Quite recently I had to prepare to give a talk on the Anglo-catholic tradition for the Sunday morning adult formation session at a prominent New York City Parish that has recently placed six candlesticks on the High Altar, where for more than a hundred years there had only been two.
In preparing to talk about this tradition, into which Saint Mark’s was born, I found a study by researchers who looked at seven Anglo-catholic parishes in London that have recently experienced modest growth. But these seven parishes were exceptional among the 413 parishes of the Diocese of London, and particularly among Anglo-catholic parishes. The researches stated at the outset, “we had great difficulty finding many Anglican Catholic parishes which had grown consistently over the last five years.”* The growth in the seven parishes was modest, but it seems to be sustained, for the time being.
I was struck by a phrase early in the report that characterized the parishes, and which sounded mighty familiar to me. The researchers wrote that the parishes they looked at “have not watered down their faith or even engaged in anything particularly revolutionary. Instead they have assumed that the good news is for sharing, engaged with their local communities, been imaginative about children’s work, especially through choirs and music… and stewarded their resources.” Saint Mark’s could wear this description pretty comfortably over the last ten years. And today, on our patronal feast, as we celebrate the life of the parish, it’s good to hear our own experience echoed a bit by our brothers and sisters in London.
Since our patron saint happens to be an evangelist, I am particularly struck by that first clause in the description of the growing Anglo-catholic parishes. The researchers said that those parishes “assumed that the good news is for sharing.” I suppose it has to be said of St. Mark that he assumed the good news was for sharing. If he had not operated from that assumption, we could wonder whether or not any of us would be gathered here, since it was St. Mark who first set down the good news of Jesus in writing. Yes, he assumed the good news was for sharing.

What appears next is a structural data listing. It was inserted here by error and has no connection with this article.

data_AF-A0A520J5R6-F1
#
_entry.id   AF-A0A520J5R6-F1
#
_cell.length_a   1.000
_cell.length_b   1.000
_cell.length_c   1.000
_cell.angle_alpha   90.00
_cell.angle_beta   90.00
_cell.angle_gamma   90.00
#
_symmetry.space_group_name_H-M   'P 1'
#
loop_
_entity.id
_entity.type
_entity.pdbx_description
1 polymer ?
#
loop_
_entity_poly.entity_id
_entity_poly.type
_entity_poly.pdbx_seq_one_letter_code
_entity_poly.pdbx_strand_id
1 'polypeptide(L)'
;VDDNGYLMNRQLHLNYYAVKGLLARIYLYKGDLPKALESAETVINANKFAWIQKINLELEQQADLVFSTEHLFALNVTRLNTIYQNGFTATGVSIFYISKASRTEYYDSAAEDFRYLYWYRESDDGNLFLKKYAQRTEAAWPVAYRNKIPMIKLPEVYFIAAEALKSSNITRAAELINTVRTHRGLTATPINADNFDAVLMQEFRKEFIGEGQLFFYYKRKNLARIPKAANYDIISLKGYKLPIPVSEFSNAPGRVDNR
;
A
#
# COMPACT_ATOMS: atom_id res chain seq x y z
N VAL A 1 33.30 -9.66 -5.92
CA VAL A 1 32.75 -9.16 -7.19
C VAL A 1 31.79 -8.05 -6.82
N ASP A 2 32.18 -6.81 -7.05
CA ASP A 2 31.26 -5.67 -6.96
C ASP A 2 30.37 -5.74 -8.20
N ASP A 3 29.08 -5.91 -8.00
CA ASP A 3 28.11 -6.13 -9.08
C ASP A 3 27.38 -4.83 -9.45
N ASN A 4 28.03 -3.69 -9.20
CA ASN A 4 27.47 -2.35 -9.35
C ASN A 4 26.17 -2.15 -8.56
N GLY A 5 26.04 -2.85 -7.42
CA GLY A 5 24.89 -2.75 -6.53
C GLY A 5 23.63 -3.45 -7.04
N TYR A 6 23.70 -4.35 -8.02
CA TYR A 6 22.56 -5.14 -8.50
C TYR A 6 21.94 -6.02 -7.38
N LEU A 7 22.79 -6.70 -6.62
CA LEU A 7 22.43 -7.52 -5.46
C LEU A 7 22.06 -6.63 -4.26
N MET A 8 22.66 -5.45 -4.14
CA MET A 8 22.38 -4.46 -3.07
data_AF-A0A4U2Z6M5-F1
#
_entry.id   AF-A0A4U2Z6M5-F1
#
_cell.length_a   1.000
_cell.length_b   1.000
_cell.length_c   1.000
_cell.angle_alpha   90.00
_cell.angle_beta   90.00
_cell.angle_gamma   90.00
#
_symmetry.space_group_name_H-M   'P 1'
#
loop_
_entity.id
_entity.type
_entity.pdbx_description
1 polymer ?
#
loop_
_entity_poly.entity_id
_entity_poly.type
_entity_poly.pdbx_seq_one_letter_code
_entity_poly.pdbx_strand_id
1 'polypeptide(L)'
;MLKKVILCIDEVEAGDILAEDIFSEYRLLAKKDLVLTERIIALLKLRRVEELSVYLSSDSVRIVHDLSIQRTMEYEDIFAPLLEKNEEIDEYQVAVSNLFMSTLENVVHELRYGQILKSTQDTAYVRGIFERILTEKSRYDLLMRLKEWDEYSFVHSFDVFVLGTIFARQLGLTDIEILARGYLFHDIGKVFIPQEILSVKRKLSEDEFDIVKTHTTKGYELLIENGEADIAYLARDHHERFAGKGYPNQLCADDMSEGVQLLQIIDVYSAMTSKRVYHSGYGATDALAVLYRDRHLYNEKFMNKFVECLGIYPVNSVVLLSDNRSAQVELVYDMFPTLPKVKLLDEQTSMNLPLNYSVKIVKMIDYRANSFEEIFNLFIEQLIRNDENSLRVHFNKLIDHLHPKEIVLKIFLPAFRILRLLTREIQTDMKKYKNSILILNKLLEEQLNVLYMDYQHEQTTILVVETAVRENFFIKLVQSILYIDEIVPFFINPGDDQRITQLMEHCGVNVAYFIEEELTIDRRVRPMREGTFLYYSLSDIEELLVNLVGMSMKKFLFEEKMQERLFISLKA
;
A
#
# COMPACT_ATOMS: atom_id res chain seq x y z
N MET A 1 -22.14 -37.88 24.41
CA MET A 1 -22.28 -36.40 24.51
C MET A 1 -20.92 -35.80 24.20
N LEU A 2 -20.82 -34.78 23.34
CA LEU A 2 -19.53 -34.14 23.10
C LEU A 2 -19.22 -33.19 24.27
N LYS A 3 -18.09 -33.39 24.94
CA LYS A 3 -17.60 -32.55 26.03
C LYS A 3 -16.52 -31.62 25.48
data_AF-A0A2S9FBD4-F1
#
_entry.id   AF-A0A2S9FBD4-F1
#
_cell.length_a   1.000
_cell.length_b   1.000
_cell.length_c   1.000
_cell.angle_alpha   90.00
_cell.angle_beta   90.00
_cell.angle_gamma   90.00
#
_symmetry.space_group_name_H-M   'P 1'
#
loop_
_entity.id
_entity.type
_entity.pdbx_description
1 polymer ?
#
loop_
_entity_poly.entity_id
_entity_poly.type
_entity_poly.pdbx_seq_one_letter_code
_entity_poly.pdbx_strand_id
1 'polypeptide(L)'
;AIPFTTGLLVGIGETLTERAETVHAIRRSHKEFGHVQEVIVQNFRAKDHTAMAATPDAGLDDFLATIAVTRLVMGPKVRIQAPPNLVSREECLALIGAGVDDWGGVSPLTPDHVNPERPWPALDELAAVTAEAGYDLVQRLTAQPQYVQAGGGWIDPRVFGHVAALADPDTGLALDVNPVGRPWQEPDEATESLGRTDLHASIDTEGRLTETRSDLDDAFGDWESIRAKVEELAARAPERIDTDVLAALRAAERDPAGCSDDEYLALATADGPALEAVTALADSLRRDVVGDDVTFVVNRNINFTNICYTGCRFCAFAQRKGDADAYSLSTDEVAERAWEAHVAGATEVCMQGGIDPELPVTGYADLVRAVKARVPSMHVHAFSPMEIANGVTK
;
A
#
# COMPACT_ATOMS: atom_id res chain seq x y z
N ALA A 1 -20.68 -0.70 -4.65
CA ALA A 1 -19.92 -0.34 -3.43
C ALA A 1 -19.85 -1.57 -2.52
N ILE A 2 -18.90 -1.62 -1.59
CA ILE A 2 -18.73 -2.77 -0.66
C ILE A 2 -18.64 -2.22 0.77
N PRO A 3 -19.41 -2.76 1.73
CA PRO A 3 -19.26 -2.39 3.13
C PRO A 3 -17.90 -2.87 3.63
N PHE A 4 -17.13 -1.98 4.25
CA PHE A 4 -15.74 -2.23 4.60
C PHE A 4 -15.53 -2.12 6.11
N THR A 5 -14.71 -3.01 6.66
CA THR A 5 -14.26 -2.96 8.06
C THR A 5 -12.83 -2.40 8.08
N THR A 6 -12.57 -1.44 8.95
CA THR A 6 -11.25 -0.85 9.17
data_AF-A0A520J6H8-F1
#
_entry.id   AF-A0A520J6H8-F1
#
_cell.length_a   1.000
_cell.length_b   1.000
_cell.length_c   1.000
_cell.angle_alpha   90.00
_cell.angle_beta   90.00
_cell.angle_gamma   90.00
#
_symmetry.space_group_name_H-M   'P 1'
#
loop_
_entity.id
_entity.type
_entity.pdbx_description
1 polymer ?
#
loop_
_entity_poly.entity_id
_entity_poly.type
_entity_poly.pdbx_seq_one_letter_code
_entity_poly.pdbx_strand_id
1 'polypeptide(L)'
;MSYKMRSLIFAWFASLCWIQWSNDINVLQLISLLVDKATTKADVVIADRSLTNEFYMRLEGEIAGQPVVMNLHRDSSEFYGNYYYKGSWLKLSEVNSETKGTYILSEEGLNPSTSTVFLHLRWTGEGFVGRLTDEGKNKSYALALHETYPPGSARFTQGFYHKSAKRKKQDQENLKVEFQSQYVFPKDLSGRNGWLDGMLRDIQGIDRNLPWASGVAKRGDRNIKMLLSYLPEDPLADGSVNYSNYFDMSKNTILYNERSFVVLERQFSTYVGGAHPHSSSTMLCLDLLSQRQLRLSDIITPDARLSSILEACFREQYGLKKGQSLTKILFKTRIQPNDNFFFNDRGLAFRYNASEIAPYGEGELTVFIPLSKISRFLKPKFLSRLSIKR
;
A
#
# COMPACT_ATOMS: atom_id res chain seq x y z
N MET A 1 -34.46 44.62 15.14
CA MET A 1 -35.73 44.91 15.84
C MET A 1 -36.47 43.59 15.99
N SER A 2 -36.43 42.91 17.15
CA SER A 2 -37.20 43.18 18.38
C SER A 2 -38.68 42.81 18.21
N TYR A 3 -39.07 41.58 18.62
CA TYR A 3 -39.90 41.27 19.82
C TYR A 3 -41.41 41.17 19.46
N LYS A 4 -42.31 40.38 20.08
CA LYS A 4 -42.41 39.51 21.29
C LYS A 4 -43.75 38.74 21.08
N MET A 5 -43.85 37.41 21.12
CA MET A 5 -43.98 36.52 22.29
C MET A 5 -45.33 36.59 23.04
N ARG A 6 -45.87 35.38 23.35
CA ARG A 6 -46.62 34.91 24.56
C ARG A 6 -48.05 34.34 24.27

As the ages roll by, I suppose it was to be expected that not only would people forget that the good news is for sharing, a lot of them would forget that it’s good news. Most people I know could put up with Jesus if he would sit quietly and issue bland moral teachings. Jesus as Sunday school teacher looks like palatable religion to a lot of people these days. But the Jesus who refuses to command anything but love, and who teaches that the way of love is the way of the Cross, which is a way of suffering and self-denial, that his power is made perfect in weakness, and whose breath brings the gift of peace, not of power… this Jesus is harder to stomach. The image of the dying, bleeding, crucified Jesus is not obviously and unavoidably chirpy, and so it can be difficult for some to see it as a symbol of good news. And in a society that has been successfully trained be consumers above all else, the call to worship, the need for redemption, and the hope of salvation are not the kind of news that most people are consuming. So, how can they be good news? Unable to decide (even in the church) whether the news we have received is good, the impulse to share it is not as strong as it once was.